The Good Ole’ Days of Dental Marketing



Do you remember dental marketing before the digital age when it was made up of TV commercials and print advertising? Back in the latter half of the 20th century, the big dental consumer companies used catch phrases and jingles in their advertisements, some you would probably remember today if you heard them again. The best dental marketing put out by companies like Crest, Polident and Colgate used these tactics to not only promote their products but dental public health in general. Let’s take a walk down memory lane and look at what worked then and how we still incorporate some of these marketing techniques today in dental marketing.

Thanks to the internet, how we reach patients today is more varied and nuanced than ever before. When all we had was a magazine ad or TV commercial, we now use several different ways to reach patients. Not only are the marketing channels different but the language we use has had to keep up with savvy patients, as well. There are, however, some commonalities with how we promote our practices and these old advertisements from larger companies:

It was in the 1950’s that Crest came up with one of the all time memorable slogans in American advertising. Can you guess what it is? Go to the link here to see if you are right: “Look, Mom-no cavities!” was an advertisement campaign that rolled out the first toothpaste to add fluoride. Just as we approach marketing today, Crest didn’t talk about the features of its product but the results. Consumers then and now want to know how the product or service will benefit them. With your own marketing, think about the patient first and what will resonate with them.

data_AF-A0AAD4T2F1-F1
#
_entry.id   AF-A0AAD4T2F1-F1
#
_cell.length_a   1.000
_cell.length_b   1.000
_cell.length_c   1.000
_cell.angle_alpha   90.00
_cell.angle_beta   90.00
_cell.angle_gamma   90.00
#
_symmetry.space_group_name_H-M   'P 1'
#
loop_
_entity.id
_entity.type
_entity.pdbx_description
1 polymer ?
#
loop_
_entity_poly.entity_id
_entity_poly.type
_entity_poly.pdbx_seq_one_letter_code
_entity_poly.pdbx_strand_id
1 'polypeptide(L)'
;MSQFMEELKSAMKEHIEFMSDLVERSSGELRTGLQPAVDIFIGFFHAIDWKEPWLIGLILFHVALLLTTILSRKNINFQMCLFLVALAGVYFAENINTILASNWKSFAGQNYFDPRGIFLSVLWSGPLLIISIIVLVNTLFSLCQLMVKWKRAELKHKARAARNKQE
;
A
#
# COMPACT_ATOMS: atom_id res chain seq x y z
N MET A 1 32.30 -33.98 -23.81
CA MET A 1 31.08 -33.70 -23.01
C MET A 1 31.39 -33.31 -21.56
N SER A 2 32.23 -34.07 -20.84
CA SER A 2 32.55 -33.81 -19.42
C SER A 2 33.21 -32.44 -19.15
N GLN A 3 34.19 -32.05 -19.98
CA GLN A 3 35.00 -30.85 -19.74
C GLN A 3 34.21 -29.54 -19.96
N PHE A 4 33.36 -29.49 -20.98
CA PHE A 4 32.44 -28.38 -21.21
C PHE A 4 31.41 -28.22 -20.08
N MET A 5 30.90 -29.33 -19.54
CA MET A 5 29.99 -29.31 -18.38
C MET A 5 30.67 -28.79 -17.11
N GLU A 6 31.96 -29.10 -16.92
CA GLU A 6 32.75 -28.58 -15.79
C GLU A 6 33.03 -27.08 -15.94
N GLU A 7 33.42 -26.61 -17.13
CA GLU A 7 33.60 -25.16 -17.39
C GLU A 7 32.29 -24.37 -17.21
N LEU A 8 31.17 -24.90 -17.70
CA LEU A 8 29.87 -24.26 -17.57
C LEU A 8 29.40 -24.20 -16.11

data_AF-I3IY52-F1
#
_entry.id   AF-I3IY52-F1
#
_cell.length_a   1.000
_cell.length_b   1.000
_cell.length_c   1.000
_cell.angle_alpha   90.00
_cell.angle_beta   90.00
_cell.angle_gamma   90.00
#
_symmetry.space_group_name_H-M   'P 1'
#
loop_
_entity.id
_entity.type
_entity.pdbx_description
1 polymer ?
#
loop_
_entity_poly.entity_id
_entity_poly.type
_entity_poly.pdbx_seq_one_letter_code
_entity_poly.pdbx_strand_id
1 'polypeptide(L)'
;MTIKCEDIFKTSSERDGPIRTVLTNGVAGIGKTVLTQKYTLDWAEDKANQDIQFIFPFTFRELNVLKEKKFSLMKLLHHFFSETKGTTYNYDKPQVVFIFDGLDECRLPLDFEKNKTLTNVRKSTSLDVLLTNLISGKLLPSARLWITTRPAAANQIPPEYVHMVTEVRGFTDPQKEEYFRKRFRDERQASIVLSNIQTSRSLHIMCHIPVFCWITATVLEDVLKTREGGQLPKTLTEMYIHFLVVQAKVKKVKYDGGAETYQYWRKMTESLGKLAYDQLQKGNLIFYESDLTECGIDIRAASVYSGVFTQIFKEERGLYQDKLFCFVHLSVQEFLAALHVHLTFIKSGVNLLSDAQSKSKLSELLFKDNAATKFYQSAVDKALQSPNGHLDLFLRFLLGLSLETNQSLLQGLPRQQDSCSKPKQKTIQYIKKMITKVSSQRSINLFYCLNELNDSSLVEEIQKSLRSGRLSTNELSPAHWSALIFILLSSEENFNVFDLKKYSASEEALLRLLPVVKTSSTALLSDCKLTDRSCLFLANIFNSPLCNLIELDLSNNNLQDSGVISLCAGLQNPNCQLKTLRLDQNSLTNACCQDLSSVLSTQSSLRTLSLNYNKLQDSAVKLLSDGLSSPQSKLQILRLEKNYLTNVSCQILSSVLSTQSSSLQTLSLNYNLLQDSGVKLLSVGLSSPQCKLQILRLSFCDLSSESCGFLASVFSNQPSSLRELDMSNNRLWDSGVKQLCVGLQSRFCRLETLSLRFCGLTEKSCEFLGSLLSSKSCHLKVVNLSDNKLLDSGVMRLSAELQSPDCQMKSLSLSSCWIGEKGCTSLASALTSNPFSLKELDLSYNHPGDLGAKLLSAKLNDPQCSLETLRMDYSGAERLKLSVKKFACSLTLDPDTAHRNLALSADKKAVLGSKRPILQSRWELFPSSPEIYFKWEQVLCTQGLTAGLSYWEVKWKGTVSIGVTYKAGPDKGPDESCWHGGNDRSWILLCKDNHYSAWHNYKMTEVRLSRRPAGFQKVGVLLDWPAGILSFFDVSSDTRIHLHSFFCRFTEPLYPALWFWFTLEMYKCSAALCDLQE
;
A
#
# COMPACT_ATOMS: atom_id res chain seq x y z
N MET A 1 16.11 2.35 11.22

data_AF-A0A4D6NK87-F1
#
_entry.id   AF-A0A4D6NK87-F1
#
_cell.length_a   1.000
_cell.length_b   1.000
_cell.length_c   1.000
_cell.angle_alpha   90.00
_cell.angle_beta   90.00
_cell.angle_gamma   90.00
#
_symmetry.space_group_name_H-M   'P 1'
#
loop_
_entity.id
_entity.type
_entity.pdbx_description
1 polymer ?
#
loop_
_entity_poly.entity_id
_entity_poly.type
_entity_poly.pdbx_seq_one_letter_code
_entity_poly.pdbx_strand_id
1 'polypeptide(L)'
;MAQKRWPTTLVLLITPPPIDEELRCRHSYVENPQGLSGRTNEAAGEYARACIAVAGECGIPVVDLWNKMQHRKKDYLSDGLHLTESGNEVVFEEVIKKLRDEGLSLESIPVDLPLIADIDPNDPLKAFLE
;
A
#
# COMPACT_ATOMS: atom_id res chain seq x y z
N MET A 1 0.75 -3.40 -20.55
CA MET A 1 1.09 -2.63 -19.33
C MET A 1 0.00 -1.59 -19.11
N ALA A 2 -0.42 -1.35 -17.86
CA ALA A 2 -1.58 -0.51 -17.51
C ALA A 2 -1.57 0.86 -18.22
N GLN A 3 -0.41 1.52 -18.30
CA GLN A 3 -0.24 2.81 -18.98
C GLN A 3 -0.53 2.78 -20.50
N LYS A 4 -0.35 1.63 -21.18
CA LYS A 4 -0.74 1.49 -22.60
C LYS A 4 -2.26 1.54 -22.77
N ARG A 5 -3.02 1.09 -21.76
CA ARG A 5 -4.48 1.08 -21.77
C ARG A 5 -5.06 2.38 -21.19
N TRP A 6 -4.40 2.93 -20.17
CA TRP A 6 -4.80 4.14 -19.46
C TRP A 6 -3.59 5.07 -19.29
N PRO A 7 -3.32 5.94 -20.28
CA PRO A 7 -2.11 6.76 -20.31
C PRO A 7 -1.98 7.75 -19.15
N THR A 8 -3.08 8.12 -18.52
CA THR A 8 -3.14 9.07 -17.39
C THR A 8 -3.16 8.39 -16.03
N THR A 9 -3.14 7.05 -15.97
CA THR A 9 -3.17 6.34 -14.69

The best dental marketing-then and now-speaks to the pain points of patients. This Polident denture cleaning solution advertisement from the 1940s is a classic example of highlighting a problem and offering a solution. As in this ad, not only did Polident point out the troubles people had with dentures such as keeping them clean and their breath smelling fresh, but it spoke to the heart of the issue-people with dentures wanted their smile to look good. The language we use in marketing now also speaks to the patient’s desire to have a healthy and beautiful smile. In your marketing copy, remember It’s not so much how they get the desired outcome that is important to patients but that there is a solution available to get them there.

In the 1970’s, Colgate not only promoted it’s fluoride enriched toothpaste but the importance of dental health in general using data driven facts. In its advertisement here the ad points out how children are cavity prone and the best way to get a fluoride treatment to avoid tooth decay is through your dentist. In dental marketing today, we use data to help connect patients with information on dental conditions or treatment outcomes, too. It’s not just about having a good looking smile, but the best dental marketing also educates patients on the importance of dental health, too.

While the language and imagery we use has evolved from these old advertisements, some of the basic fundamentals of dental marketing hasn’t changed. Highlighting pain points and benefits to patients will never go out of style.

Colgate ad source:
Polident ad source:

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